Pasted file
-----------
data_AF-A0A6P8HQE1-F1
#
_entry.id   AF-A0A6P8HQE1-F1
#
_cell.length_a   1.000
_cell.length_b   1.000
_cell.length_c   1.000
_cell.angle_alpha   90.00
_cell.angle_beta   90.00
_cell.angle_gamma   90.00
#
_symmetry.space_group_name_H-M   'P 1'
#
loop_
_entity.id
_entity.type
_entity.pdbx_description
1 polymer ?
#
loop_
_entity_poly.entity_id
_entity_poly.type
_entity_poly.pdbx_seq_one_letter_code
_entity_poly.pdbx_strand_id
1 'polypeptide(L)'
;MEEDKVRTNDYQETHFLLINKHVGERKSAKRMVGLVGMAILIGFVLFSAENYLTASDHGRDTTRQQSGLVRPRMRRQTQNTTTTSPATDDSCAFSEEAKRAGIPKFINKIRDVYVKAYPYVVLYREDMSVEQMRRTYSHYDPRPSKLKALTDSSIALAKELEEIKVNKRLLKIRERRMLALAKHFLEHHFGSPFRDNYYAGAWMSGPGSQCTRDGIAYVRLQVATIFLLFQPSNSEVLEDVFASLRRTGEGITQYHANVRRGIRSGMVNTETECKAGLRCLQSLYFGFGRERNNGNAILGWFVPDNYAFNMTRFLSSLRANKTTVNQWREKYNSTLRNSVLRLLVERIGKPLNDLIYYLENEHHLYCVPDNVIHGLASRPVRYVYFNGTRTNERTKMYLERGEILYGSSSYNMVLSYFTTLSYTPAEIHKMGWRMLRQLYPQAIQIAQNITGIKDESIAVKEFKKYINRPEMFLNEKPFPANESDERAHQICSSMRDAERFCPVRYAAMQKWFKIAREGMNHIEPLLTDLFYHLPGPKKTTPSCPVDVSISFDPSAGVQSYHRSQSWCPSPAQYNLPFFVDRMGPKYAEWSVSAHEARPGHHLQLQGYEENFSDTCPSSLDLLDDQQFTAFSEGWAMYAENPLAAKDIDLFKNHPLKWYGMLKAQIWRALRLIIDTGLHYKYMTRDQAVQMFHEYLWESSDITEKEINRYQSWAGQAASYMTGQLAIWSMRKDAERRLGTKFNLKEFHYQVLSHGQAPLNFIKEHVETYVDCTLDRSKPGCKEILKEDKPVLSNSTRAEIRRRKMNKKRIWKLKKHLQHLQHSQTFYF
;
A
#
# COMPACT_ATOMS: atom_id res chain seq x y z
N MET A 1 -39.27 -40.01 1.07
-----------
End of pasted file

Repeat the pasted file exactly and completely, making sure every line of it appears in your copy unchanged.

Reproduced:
data_AF-A0A6P8HQE1-F1
#
_entry.id   AF-A0A6P8HQE1-F1
#
_cell.length_a   1.000
_cell.length_b   1.000
_cell.length_c   1.000
_cell.angle_alpha   90.00
_cell.angle_beta   90.00
_cell.angle_gamma   90.00
#
_symmetry.space_group_name_H-M   'P 1'
#
loop_
_entity.id
_entity.type
_entity.pdbx_description
1 polymer ?
#
loop_
_entity_poly.entity_id
_entity_poly.type
_entity_poly.pdbx_seq_one_letter_code
_entity_poly.pdbx_strand_id
1 'polypeptide(L)'
;MEEDKVRTNDYQETHFLLINKHVGERKSAKRMVGLVGMAILIGFVLFSAENYLTASDHGRDTTRQQSGLVRPRMRRQTQNTTTTSPATDDSCAFSEEAKRAGIPKFINKIRDVYVKAYPYVVLYREDMSVEQMRRTYSHYDPRPSKLKALTDSSIALAKELEEIKVNKRLLKIRERRMLALAKHFLEHHFGSPFRDNYYAGAWMSGPGSQCTRDGIAYVRLQVATIFLLFQPSNSEVLEDVFASLRRTGEGITQYHANVRRGIRSGMVNTETECKAGLRCLQSLYFGFGRERNNGNAILGWFVPDNYAFNMTRFLSSLRANKTTVNQWREKYNSTLRNSVLRLLVERIGKPLNDLIYYLENEHHLYCVPDNVIHGLASRPVRYVYFNGTRTNERTKMYLERGEILYGSSSYNMVLSYFTTLSYTPAEIHKMGWRMLRQLYPQAIQIAQNITGIKDESIAVKEFKKYINRPEMFLNEKPFPANESDERAHQICSSMRDAERFCPVRYAAMQKWFKIAREGMNHIEPLLTDLFYHLPGPKKTTPSCPVDVSISFDPSAGVQSYHRSQSWCPSPAQYNLPFFVDRMGPKYAEWSVSAHEARPGHHLQLQGYEENFSDTCPSSLDLLDDQQFTAFSEGWAMYAENPLAAKDIDLFKNHPLKWYGMLKAQIWRALRLIIDTGLHYKYMTRDQAVQMFHEYLWESSDITEKEINRYQSWAGQAASYMTGQLAIWSMRKDAERRLGTKFNLKEFHYQVLSHGQAPLNFIKEHVETYVDCTLDRSKPGCKEILKEDKPVLSNSTRAEIRRRKMNKKRIWKLKKHLQHLQHSQTFYF
;
A
#
# COMPACT_ATOMS: atom_id res chain seq x y z
N MET A 1 -39.27 -40.01 1.07